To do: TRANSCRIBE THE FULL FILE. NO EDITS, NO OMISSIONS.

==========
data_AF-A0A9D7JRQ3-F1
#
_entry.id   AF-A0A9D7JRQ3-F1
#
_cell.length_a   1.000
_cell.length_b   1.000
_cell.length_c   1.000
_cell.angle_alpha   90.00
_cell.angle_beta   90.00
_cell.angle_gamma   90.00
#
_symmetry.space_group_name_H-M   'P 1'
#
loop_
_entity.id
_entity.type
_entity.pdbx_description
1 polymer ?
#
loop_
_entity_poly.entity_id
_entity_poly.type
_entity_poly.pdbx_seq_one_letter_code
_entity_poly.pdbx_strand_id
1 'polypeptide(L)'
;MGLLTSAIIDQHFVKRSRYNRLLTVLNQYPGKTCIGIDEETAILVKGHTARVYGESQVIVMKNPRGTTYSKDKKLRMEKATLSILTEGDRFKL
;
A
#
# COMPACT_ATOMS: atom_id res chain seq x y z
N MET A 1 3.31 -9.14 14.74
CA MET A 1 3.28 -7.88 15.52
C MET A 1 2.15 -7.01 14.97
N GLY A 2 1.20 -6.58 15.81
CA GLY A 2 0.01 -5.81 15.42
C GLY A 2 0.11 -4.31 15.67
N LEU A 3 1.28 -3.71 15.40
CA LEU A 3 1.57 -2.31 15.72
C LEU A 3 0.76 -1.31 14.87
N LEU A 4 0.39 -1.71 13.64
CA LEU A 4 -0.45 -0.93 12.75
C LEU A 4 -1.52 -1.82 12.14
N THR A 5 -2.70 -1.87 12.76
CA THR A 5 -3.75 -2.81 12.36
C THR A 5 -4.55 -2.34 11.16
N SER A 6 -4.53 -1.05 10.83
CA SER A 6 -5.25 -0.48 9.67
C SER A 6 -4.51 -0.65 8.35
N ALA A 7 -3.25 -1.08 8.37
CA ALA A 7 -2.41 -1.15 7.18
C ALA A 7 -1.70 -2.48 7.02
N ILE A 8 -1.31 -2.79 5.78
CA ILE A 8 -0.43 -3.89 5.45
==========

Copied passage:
data_AF-A0A9D7JRQ3-F1
#
_entry.id   AF-A0A9D7JRQ3-F1
#
_cell.length_a   1.000
_cell.length_b   1.000
_cell.length_c   1.000
_cell.angle_alpha   90.00
_cell.angle_beta   90.00
_cell.angle_gamma   90.00
#
_symmetry.space_group_name_H-M   'P 1'
#
loop_
_entity.id
_entity.type
_entity.pdbx_description
1 polymer ?
#
loop_
_entity_poly.entity_id
_entity_poly.type
_entity_poly.pdbx_seq_one_letter_code
_entity_poly.pdbx_strand_id
1 'polypeptide(L)'
;MGLLTSAIIDQHFVKRSRYNRLLTVLNQYPGKTCIGIDEETAILVKGHTARVYGESQVIVMKNPRGTTYSKDKKLRMEKATLSILTEGDRFKL
;
A
#
# COMPACT_ATOMS: atom_id res chain seq x y z
N MET A 1 3.31 -9.14 14.74
CA MET A 1 3.28 -7.88 15.52
C MET A 1 2.15 -7.01 14.97
N GLY A 2 1.20 -6.58 15.81
CA GLY A 2 0.01 -5.81 15.42
C GLY A 2 0.11 -4.31 15.67
N LEU A 3 1.28 -3.71 15.40
CA LEU A 3 1.57 -2.31 15.72
C LEU A 3 0.76 -1.31 14.87
N LEU A 4 0.39 -1.71 13.64
CA LEU A 4 -0.45 -0.93 12.75
C LEU A 4 -1.52 -1.82 12.14
N THR A 5 -2.70 -1.87 12.76
CA THR A 5 -3.75 -2.81 12.36
C THR A 5 -4.55 -2.34 11.16
N SER A 6 -4.53 -1.05 10.83
CA SER A 6 -5.25 -0.48 9.67
C SER A 6 -4.51 -0.65 8.35
N ALA A 7 -3.25 -1.08 8.37
CA ALA A 7 -2.41 -1.15 7.18
C ALA A 7 -1.70 -2.48 7.02
N ILE A 8 -1.31 -2.79 5.78
CA ILE A 8 -0.43 -3.89 5.45